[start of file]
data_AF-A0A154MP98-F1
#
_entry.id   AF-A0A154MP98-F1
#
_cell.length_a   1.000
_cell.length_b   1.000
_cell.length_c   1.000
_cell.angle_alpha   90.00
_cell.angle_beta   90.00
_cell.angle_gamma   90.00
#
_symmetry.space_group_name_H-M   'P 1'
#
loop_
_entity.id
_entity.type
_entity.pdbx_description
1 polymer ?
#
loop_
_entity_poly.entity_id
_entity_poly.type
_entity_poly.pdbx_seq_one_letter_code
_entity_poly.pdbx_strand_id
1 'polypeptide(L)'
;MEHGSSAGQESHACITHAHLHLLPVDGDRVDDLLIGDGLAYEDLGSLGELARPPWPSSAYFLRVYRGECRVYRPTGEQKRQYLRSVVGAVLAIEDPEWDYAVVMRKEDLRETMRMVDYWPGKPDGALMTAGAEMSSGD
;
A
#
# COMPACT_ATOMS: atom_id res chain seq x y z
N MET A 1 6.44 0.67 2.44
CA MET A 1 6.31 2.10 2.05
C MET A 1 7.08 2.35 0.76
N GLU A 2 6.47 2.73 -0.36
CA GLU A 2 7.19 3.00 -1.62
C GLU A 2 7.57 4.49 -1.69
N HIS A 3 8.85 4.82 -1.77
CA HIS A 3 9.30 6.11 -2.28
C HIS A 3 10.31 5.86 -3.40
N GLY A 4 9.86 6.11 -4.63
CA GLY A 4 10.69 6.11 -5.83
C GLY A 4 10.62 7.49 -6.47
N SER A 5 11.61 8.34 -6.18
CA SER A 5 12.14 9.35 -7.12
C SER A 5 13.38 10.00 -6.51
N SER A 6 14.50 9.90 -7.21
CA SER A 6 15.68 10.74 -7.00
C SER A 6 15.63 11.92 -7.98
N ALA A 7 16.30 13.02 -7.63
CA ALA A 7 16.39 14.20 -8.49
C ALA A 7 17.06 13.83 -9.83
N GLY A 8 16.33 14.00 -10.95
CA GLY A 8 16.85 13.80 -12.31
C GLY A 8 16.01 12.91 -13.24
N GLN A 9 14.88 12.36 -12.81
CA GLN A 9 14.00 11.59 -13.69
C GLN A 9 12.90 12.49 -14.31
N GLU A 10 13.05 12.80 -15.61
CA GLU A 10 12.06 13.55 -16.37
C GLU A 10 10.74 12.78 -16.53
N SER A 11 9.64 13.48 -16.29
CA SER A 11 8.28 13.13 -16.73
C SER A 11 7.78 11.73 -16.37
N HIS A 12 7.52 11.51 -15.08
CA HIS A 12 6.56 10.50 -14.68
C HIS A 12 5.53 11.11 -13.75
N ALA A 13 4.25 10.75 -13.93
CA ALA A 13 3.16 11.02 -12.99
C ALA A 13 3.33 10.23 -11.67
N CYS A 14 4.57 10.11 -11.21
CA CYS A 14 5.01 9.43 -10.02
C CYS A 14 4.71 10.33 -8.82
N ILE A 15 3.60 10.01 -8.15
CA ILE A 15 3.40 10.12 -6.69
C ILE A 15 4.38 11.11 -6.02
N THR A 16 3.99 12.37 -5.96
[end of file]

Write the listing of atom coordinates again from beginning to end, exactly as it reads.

data_AF-A0A154MP98-F1
#
_entry.id   AF-A0A154MP98-F1
#
_cell.length_a   1.000
_cell.length_b   1.000
_cell.length_c   1.000
_cell.angle_alpha   90.00
_cell.angle_beta   90.00
_cell.angle_gamma   90.00
#
_symmetry.space_group_name_H-M   'P 1'
#
loop_
_entity.id
_entity.type
_entity.pdbx_description
1 polymer ?
#
loop_
_entity_poly.entity_id
_entity_poly.type
_entity_poly.pdbx_seq_one_letter_code
_entity_poly.pdbx_strand_id
1 'polypeptide(L)'
;MEHGSSAGQESHACITHAHLHLLPVDGDRVDDLLIGDGLAYEDLGSLGELARPPWPSSAYFLRVYRGECRVYRPTGEQKRQYLRSVVGAVLAIEDPEWDYAVVMRKEDLRETMRMVDYWPGKPDGALMTAGAEMSSGD
;
A
#
# COMPACT_ATOMS: atom_id res chain seq x y z
N MET A 1 6.44 0.67 2.44
CA MET A 1 6.31 2.10 2.05
C MET A 1 7.08 2.35 0.76
N GLU A 2 6.47 2.73 -0.36
CA GLU A 2 7.19 3.00 -1.62
C GLU A 2 7.57 4.49 -1.69
N HIS A 3 8.85 4.82 -1.77
CA HIS A 3 9.30 6.11 -2.28
C HIS A 3 10.31 5.86 -3.40
N GLY A 4 9.86 6.11 -4.63
CA GLY A 4 10.69 6.11 -5.83
C GLY A 4 10.62 7.49 -6.47
N SER A 5 11.61 8.34 -6.18
CA SER A 5 12.14 9.35 -7.12
C SER A 5 13.38 10.00 -6.51
N SER A 6 14.50 9.90 -7.21
CA SER A 6 15.68 10.74 -7.00
C SER A 6 15.63 11.92 -7.98
N ALA A 7 16.30 13.02 -7.63
CA ALA A 7 16.39 14.20 -8.49
C ALA A 7 17.06 13.83 -9.83
N GLY A 8 16.33 14.00 -10.95
CA GLY A 8 16.85 13.80 -12.31
C GLY A 8 16.01 12.91 -13.24
N GLN A 9 14.88 12.36 -12.81
CA GLN A 9 14.00 11.59 -13.69
C GLN A 9 12.90 12.49 -14.31
N GLU A 10 13.05 12.80 -15.61
CA GLU A 10 12.06 13.55 -16.37
C GLU A 10 10.74 12.78 -16.53
N SER A 11 9.64 13.48 -16.29
CA SER A 11 8.28 13.13 -16.73
C SER A 11 7.78 11.73 -16.37
N HIS A 12 7.52 11.51 -15.08
CA HIS A 12 6.56 10.50 -14.68
C HIS A 12 5.53 11.11 -13.75
N ALA A 13 4.25 10.75 -13.93
CA ALA A 13 3.16 11.02 -12.99
C ALA A 13 3.33 10.23 -11.67
N CYS A 14 4.57 10.11 -11.21
CA CYS A 14 5.01 9.43 -10.02
C CYS A 14 4.71 10.33 -8.82
N ILE A 15 3.60 10.01 -8.15
CA ILE A 15 3.40 10.12 -6.69
C ILE A 15 4.38 11.11 -6.02
N THR A 16 3.99 12.37 -5.96